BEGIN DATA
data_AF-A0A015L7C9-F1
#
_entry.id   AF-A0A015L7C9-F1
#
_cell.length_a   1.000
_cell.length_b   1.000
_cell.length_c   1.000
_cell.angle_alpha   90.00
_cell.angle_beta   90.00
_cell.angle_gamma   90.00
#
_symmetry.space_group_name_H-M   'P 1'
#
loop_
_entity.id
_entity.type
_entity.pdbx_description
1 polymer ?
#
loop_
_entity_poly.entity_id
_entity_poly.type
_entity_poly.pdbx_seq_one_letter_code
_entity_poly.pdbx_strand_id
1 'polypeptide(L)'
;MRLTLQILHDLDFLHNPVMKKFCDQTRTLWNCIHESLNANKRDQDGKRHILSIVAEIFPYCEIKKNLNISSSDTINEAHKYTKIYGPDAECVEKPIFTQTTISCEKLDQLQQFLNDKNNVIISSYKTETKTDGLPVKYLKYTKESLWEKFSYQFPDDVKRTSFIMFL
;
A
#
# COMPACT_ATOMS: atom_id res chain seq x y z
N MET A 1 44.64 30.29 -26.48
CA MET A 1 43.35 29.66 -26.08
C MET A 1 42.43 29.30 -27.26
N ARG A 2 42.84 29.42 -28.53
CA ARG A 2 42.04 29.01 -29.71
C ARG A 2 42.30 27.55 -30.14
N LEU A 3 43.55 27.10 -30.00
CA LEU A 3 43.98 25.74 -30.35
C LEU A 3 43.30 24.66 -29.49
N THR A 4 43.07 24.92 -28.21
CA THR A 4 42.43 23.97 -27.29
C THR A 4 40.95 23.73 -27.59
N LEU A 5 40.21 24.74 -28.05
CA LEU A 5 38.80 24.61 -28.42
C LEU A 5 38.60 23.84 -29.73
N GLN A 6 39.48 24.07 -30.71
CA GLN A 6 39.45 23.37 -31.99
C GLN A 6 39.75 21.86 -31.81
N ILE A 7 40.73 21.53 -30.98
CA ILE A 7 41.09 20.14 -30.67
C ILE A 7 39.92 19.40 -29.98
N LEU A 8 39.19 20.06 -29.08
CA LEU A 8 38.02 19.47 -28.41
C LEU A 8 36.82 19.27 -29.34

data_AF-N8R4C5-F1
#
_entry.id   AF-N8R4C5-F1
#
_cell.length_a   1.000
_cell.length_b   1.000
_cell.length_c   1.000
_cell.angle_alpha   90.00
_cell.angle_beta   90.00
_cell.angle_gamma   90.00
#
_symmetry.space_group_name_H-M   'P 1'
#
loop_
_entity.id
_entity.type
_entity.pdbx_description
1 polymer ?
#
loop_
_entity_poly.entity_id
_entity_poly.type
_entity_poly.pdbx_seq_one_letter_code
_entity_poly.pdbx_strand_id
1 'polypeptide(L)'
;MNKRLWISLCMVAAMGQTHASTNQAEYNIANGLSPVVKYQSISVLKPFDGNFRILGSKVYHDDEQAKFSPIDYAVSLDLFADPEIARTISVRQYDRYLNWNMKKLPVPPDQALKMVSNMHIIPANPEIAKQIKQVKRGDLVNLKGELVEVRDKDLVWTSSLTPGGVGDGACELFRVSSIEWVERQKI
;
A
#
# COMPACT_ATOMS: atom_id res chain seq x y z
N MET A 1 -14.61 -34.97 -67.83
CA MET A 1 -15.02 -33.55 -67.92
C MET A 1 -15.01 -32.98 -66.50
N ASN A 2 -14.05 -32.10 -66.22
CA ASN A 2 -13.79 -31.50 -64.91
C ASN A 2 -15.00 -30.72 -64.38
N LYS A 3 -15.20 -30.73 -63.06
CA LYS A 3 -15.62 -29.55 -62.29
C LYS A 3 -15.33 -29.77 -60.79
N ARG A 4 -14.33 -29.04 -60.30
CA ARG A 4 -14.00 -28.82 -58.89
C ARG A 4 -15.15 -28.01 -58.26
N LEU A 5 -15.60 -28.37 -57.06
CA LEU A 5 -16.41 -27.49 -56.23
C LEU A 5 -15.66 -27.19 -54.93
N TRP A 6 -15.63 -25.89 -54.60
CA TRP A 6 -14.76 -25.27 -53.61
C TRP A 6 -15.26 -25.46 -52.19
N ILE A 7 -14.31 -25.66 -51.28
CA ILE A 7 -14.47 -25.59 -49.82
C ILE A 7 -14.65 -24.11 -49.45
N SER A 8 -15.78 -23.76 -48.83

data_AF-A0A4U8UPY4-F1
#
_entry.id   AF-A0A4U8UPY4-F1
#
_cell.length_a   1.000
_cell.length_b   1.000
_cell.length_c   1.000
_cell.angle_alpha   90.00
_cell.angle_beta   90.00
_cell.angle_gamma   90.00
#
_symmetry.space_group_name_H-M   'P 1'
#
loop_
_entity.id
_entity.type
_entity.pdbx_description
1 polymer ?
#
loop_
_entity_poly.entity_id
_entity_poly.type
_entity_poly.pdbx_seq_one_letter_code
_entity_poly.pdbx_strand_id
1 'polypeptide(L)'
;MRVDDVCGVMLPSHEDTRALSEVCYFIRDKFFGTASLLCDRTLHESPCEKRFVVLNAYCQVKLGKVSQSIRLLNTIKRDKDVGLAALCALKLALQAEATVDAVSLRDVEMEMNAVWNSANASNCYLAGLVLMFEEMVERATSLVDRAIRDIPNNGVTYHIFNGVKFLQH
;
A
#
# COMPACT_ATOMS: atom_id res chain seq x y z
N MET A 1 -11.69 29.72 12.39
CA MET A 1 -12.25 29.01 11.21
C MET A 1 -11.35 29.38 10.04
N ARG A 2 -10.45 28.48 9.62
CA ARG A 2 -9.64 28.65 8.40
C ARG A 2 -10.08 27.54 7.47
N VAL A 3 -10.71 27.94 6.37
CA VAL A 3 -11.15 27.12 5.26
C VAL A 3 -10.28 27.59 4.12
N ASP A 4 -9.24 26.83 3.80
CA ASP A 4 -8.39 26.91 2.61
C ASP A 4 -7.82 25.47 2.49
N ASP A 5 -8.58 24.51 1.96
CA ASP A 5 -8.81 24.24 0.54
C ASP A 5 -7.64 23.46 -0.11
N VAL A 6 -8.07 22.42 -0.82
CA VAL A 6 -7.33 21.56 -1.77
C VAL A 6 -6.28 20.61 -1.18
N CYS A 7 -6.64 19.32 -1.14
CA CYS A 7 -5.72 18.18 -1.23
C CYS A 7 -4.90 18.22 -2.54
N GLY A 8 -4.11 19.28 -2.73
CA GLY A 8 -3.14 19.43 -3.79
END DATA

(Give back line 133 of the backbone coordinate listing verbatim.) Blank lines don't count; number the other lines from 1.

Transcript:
;